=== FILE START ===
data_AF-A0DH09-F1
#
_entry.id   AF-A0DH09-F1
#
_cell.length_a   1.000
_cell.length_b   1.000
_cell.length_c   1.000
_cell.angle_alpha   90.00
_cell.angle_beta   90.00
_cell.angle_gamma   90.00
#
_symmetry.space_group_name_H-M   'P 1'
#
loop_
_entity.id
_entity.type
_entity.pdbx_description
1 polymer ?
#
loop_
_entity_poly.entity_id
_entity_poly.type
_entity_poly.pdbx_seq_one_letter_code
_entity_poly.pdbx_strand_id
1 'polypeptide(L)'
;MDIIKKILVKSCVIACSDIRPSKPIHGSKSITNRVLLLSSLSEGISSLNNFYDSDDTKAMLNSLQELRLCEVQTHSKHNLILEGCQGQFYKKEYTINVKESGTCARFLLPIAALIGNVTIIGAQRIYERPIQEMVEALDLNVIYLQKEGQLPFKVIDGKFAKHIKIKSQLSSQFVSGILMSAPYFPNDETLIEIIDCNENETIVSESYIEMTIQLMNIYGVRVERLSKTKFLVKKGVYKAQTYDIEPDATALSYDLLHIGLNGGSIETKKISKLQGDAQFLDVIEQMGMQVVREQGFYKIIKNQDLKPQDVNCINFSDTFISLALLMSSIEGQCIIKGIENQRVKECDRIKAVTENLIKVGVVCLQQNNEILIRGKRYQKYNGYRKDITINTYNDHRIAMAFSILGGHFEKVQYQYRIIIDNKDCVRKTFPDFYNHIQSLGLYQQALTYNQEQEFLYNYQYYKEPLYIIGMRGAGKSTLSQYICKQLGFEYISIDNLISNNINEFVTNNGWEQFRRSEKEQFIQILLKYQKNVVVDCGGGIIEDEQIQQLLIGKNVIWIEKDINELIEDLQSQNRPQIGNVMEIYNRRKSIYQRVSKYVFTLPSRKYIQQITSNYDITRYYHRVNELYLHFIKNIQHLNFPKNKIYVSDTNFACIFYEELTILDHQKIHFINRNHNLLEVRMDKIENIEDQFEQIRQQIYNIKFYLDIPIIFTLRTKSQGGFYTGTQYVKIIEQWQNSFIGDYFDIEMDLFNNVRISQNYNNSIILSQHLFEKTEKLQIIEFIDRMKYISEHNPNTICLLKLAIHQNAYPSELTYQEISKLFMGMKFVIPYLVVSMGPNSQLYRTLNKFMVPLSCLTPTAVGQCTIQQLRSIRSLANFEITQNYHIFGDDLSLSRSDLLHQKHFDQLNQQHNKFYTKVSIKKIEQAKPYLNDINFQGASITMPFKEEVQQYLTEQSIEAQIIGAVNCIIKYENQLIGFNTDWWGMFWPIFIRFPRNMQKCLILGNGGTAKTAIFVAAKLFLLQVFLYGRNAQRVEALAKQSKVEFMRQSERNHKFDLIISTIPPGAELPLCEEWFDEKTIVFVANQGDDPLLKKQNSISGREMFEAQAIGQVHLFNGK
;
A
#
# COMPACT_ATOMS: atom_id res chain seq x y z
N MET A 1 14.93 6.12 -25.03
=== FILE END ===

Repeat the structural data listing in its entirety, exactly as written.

data_AF-A0DH09-F1
#
_entry.id   AF-A0DH09-F1
#
_cell.length_a   1.000
_cell.length_b   1.000
_cell.length_c   1.000
_cell.angle_alpha   90.00
_cell.angle_beta   90.00
_cell.angle_gamma   90.00
#
_symmetry.space_group_name_H-M   'P 1'
#
loop_
_entity.id
_entity.type
_entity.pdbx_description
1 polymer ?
#
loop_
_entity_poly.entity_id
_entity_poly.type
_entity_poly.pdbx_seq_one_letter_code
_entity_poly.pdbx_strand_id
1 'polypeptide(L)'
;MDIIKKILVKSCVIACSDIRPSKPIHGSKSITNRVLLLSSLSEGISSLNNFYDSDDTKAMLNSLQELRLCEVQTHSKHNLILEGCQGQFYKKEYTINVKESGTCARFLLPIAALIGNVTIIGAQRIYERPIQEMVEALDLNVIYLQKEGQLPFKVIDGKFAKHIKIKSQLSSQFVSGILMSAPYFPNDETLIEIIDCNENETIVSESYIEMTIQLMNIYGVRVERLSKTKFLVKKGVYKAQTYDIEPDATALSYDLLHIGLNGGSIETKKISKLQGDAQFLDVIEQMGMQVVREQGFYKIIKNQDLKPQDVNCINFSDTFISLALLMSSIEGQCIIKGIENQRVKECDRIKAVTENLIKVGVVCLQQNNEILIRGKRYQKYNGYRKDITINTYNDHRIAMAFSILGGHFEKVQYQYRIIIDNKDCVRKTFPDFYNHIQSLGLYQQALTYNQEQEFLYNYQYYKEPLYIIGMRGAGKSTLSQYICKQLGFEYISIDNLISNNINEFVTNNGWEQFRRSEKEQFIQILLKYQKNVVVDCGGGIIEDEQIQQLLIGKNVIWIEKDINELIEDLQSQNRPQIGNVMEIYNRRKSIYQRVSKYVFTLPSRKYIQQITSNYDITRYYHRVNELYLHFIKNIQHLNFPKNKIYVSDTNFACIFYEELTILDHQKIHFINRNHNLLEVRMDKIENIEDQFEQIRQQIYNIKFYLDIPIIFTLRTKSQGGFYTGTQYVKIIEQWQNSFIGDYFDIEMDLFNNVRISQNYNNSIILSQHLFEKTEKLQIIEFIDRMKYISEHNPNTICLLKLAIHQNAYPSELTYQEISKLFMGMKFVIPYLVVSMGPNSQLYRTLNKFMVPLSCLTPTAVGQCTIQQLRSIRSLANFEITQNYHIFGDDLSLSRSDLLHQKHFDQLNQQHNKFYTKVSIKKIEQAKPYLNDINFQGASITMPFKEEVQQYLTEQSIEAQIIGAVNCIIKYENQLIGFNTDWWGMFWPIFIRFPRNMQKCLILGNGGTAKTAIFVAAKLFLLQVFLYGRNAQRVEALAKQSKVEFMRQSERNHKFDLIISTIPPGAELPLCEEWFDEKTIVFVANQGDDPLLKKQNSISGREMFEAQAIGQVHLFNGK
;
A
#
# COMPACT_ATOMS: atom_id res chain seq x y z
N MET A 1 14.93 6.12 -25.03